And when Tom Brady spent this season throwing to a bunch of misbegotten castoffs, the team still was one bad pick away from going to another Super Bowl.

Between his ability to pick players, scheme game plans and maximize talent, it seems the only negative things you can say about Belichick have to do with his horrid fashion sense, his lack of human emotion and the fact that he supposedly bullies his players into playing with bad injuries (see Johnson, Ted). But every single fan of an NFL team would trade their coach for him in a heartbeat. No questions asked.

So when the Patriots opened the vault this offseason to sign Adalious Thomas (the best and most expensive linebacker on the market), Donte Stallworth (high credit risk) Wes Welker (in a trade with Miami) etc., etc., it seemed a little strange. This was certainly off the beaten track for Belichick teams and they did have a couple of first rounders in the upcoming draft but hey - they had the money, they had a franchise quarterback throwing to terrible receivers, they were way under the salary cap - why NOT spend a little dough and bring in some better players. Even us Jet fans could appreciate this logic. If you were so close and you had the money, why not reach slightly outside of your no expensive free agents philosophy to add the final pieces.

But then came the draft day shocker - the Patriots had traded a fourth round pick for famed malcontent and shirker Randy Moss. "Wait a second," we all said. "Randy Moss? That can't be right. Can it?" And indeed it was. This move wasn't just a reach outside the philosophy, this was a total 180. The man who put the team concept before anything had brought in the biggest "me" guy in the entire National Football League. Remember, this is the team that wouldn't come out of pocket to keep the most clutch kicker in the NFL - even letting him go to their rival, the Colts. and this guy's bringing in Moss??

Sure, there are a variety of reasons why this move made perfect football sense for the Pats. It's not costing them that much. They can cut him at any time. Brady is great with no targets, imagine how great he can be with Stallworth, Moss and Welker flying all over the field. Belichick might be retiring this year and he wanted to give Pat fans one more championship before he leaves. And no, it's hard to really argue with any of these reasons.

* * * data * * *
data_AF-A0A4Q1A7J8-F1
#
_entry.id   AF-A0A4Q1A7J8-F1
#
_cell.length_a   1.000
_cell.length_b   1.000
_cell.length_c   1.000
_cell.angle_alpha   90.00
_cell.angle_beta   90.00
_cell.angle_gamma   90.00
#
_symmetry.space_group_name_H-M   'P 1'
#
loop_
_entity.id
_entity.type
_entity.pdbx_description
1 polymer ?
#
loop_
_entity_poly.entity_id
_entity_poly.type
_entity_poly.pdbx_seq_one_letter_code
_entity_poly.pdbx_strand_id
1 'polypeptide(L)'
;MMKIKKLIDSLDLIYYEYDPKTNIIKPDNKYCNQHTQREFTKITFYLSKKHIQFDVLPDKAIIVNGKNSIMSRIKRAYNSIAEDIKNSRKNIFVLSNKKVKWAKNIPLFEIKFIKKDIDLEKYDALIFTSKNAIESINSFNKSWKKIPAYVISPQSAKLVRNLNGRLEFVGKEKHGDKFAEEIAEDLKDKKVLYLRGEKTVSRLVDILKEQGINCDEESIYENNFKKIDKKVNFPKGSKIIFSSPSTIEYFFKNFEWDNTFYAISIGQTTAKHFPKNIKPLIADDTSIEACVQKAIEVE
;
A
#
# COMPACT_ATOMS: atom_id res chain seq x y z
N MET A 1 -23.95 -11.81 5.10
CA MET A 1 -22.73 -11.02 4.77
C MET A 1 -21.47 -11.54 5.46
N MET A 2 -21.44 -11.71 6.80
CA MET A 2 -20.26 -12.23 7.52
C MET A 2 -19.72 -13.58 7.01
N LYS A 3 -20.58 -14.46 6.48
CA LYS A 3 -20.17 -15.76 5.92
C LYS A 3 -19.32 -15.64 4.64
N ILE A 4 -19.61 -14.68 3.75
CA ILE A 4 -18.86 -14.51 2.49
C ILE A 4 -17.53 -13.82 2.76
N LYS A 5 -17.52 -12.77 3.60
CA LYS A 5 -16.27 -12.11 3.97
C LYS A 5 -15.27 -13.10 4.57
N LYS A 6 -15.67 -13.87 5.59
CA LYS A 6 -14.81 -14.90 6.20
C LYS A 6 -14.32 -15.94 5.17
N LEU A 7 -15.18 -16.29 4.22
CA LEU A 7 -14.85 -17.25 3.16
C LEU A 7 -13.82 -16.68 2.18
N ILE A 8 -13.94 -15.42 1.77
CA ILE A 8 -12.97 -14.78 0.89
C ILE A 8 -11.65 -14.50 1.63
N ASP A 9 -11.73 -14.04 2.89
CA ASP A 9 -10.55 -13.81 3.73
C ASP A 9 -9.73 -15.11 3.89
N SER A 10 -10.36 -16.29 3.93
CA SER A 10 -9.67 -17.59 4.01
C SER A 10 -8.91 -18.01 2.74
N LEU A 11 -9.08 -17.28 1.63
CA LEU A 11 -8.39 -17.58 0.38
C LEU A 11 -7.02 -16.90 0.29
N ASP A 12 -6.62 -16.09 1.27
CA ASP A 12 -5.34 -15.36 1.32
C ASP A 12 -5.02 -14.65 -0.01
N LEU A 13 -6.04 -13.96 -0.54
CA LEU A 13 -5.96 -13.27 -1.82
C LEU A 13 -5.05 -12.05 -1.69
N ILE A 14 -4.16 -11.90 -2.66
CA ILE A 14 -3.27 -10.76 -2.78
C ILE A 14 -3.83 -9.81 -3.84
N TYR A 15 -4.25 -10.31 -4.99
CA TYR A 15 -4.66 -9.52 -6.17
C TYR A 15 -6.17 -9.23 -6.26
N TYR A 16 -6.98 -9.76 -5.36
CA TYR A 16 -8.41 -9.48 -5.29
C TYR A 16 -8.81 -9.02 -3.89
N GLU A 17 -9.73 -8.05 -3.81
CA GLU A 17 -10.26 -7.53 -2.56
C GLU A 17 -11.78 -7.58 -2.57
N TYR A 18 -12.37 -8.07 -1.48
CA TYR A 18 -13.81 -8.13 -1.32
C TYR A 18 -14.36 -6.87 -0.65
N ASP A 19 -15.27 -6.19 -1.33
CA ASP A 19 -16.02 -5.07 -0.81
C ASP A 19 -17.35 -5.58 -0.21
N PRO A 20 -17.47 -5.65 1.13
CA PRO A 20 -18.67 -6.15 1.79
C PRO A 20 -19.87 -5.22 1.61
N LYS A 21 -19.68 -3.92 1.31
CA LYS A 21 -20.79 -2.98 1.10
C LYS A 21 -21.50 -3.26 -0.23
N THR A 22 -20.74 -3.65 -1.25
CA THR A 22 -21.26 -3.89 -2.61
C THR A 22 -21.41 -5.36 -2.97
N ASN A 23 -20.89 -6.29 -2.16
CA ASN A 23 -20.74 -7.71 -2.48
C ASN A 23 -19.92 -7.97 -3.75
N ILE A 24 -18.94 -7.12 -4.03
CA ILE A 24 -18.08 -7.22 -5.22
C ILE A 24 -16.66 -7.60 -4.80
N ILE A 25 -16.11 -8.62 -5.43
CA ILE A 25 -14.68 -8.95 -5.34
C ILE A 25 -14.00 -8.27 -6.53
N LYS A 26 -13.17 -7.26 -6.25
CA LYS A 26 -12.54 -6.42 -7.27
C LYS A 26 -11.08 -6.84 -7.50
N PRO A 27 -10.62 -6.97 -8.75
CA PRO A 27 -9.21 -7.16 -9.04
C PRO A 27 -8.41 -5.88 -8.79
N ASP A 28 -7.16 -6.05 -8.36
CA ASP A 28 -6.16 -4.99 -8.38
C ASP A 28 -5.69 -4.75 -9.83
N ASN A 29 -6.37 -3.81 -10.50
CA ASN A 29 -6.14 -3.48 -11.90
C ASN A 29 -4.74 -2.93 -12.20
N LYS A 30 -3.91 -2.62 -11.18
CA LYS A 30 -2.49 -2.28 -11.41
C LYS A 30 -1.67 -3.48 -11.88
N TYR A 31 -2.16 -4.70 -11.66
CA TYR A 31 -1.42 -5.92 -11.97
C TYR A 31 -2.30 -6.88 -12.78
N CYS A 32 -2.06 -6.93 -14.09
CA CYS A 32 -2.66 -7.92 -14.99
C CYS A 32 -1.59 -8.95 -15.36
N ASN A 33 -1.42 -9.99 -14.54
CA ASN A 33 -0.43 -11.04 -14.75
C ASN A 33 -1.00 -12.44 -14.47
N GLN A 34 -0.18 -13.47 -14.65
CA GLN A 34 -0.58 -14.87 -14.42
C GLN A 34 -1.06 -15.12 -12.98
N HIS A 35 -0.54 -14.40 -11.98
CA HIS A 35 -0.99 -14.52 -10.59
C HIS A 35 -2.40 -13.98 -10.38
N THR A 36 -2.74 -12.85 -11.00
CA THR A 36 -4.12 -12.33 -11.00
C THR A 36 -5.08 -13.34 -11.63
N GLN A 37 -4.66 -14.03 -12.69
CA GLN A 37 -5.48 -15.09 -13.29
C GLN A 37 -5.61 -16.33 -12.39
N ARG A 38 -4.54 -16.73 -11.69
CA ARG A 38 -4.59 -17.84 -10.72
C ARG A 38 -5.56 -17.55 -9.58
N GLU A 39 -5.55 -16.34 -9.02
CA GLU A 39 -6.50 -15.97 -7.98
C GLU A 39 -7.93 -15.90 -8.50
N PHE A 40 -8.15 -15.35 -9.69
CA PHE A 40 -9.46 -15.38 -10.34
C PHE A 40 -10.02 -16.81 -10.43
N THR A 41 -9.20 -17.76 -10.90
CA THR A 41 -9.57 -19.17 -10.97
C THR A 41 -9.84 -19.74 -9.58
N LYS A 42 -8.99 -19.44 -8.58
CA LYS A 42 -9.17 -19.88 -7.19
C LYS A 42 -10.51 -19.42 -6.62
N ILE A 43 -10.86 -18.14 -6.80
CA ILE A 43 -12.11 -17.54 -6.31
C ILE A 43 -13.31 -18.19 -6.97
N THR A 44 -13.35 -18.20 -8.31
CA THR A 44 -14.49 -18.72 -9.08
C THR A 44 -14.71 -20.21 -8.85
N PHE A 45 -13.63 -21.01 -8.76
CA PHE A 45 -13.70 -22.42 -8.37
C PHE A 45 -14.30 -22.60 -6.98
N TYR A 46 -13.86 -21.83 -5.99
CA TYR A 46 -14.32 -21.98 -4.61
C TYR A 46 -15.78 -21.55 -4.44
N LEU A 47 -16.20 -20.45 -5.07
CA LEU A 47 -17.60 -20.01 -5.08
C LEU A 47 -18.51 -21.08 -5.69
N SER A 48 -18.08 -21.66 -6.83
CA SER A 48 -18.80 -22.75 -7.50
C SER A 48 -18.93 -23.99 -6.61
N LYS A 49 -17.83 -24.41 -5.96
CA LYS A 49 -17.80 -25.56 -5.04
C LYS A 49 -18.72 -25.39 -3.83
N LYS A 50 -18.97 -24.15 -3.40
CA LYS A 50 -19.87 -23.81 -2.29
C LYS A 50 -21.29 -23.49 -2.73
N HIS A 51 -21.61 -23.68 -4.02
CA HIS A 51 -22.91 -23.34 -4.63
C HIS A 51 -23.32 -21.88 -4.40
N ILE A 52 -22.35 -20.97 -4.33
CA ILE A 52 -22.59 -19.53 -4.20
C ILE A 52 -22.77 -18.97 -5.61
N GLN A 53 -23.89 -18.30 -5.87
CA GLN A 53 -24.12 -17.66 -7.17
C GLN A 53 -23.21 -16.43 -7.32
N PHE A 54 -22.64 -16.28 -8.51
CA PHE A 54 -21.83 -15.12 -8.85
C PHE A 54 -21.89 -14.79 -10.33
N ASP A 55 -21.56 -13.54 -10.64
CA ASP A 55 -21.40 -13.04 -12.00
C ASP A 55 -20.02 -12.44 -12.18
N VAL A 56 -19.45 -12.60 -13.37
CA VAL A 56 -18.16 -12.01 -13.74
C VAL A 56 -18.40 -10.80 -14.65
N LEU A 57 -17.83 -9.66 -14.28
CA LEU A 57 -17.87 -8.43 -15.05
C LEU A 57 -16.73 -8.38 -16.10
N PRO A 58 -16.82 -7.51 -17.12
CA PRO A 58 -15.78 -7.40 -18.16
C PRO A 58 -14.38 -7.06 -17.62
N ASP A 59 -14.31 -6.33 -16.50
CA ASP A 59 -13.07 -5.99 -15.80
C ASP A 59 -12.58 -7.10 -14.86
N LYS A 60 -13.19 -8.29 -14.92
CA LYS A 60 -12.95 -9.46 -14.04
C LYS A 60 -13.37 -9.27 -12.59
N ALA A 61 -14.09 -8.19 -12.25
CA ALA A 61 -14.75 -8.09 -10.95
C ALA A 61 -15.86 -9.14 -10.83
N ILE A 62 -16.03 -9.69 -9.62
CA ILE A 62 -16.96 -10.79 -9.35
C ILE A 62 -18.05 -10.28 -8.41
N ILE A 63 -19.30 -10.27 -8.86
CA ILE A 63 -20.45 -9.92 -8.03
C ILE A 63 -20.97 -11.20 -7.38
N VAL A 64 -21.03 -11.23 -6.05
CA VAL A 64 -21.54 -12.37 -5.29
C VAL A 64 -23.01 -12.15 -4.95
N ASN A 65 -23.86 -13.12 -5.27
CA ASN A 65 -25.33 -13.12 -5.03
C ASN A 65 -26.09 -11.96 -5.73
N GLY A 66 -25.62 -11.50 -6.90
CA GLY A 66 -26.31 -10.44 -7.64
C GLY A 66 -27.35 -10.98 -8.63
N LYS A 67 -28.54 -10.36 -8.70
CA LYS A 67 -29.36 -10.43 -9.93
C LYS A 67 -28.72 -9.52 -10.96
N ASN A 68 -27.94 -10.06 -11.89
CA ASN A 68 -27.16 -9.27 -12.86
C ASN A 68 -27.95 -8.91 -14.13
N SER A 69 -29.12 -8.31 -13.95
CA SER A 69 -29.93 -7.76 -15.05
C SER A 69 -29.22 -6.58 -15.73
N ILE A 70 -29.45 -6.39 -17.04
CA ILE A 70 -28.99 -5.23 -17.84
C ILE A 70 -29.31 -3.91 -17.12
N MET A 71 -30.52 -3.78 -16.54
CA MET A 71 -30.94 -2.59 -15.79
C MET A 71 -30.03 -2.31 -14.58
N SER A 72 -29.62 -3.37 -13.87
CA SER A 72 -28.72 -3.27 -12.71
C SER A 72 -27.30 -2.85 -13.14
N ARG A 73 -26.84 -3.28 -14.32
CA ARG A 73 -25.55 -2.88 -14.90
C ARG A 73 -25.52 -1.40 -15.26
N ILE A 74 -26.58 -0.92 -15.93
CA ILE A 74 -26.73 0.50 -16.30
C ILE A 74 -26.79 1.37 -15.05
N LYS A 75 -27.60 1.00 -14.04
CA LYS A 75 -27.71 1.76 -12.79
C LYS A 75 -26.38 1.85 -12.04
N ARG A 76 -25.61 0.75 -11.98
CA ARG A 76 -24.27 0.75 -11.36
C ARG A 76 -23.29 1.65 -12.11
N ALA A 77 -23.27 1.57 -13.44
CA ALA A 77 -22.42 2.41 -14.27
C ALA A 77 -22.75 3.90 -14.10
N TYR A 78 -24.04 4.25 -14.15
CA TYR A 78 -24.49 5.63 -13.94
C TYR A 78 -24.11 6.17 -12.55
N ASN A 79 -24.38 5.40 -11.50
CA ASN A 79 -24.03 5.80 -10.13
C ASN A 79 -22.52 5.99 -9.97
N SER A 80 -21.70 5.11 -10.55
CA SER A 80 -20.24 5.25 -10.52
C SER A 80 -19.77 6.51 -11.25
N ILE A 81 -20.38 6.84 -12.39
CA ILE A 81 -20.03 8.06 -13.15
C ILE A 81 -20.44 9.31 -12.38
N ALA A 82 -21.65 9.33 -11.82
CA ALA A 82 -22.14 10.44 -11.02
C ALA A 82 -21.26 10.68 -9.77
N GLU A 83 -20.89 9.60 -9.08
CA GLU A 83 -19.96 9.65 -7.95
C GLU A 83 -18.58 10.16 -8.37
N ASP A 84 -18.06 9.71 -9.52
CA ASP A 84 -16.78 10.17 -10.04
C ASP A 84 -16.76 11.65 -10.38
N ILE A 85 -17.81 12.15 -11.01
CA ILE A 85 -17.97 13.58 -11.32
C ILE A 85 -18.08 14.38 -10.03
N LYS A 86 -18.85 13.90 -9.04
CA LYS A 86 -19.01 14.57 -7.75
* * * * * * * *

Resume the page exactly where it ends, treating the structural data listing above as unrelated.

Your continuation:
there's this one thing.

The Patriots were supposed to be above guys like Moss. They are supposed to be better than that. They show the world that you can win championships with linebackers like Johnson, with re-tread running backs and safeties that can't run well. They are supposed to smugly look at teams like the Bengals and say - you don't need criminals and egos to win Super Bowls.

But now...now they are just like everyone else. only worse. Now they are the New york Yankees of football - spending their way to another championship. Now all non-New Englanders have yet another reason to hate the Patriots.

Which, in truth, isn't necessarily a bad thing.

And honestly, is it really so terrible what new England is doing? Aren't they what every other football franchise strives to be? Perhaps, but it won't stop me from hoping and rooting for Randy moss to single handedly destroy the team's chemistry the same way I'll be rooting for Roger Clemens to fall on his fat face too.

And maybe, just maybe Mr. Evil Belichick will walk away from this with his perfect reputation at least slightly tarnished.

Wednesday, May 09, 2007

Quick Hitters

Right from the brain to the keyboard - with not much thought in between.

- The Nets are a pretty good team and I think will eventually win a couple of games before being bounced by the Cavs in 6, but no matter how talented your perimeter players are, you can't win in this league without at least one quality big man. And please don't say Mikki Moore or Bosjy Nachbar. Also, it would be nice if Vince could turn it on every game, not just when he has some extra motivation to succeed like he did in the Toronto series. shooting 38% from the field ain't gonna cut it Vince.

- I would like to see Jorge Sosa get another start with the big club - against wither the brewers or Yankees - to see how he pitched against good teams. The D-backs simply stink and were not really the best of tests. But Sosa definitely deserves another start after his fine performance the other night.

- I cannot even describe how excited I am getting for football this season. Just the words "mini camp" have ratcheted up the anticipation. I love all sports but nothing touches New York Jets football.

- Steve Nash is a brilliant basketball player and it's a real joy to watch the Suns play ball. After suffering through a Knicks season (and the Eastern conference in general), I sometimes forget how good basketball can look when it's played at high level, high octane offense, in a team style.

- As much as I respect Curt Schilling, he did overstep his bounds by stating that Bonds admitted to using steroids, cheating on his taxes and cheating on his wife. Though Schilling has a big mouth to begin with so nothing is surprising.

Monday, May 07, 2007

Summing Up (Part Of) A Busy Sports Sunday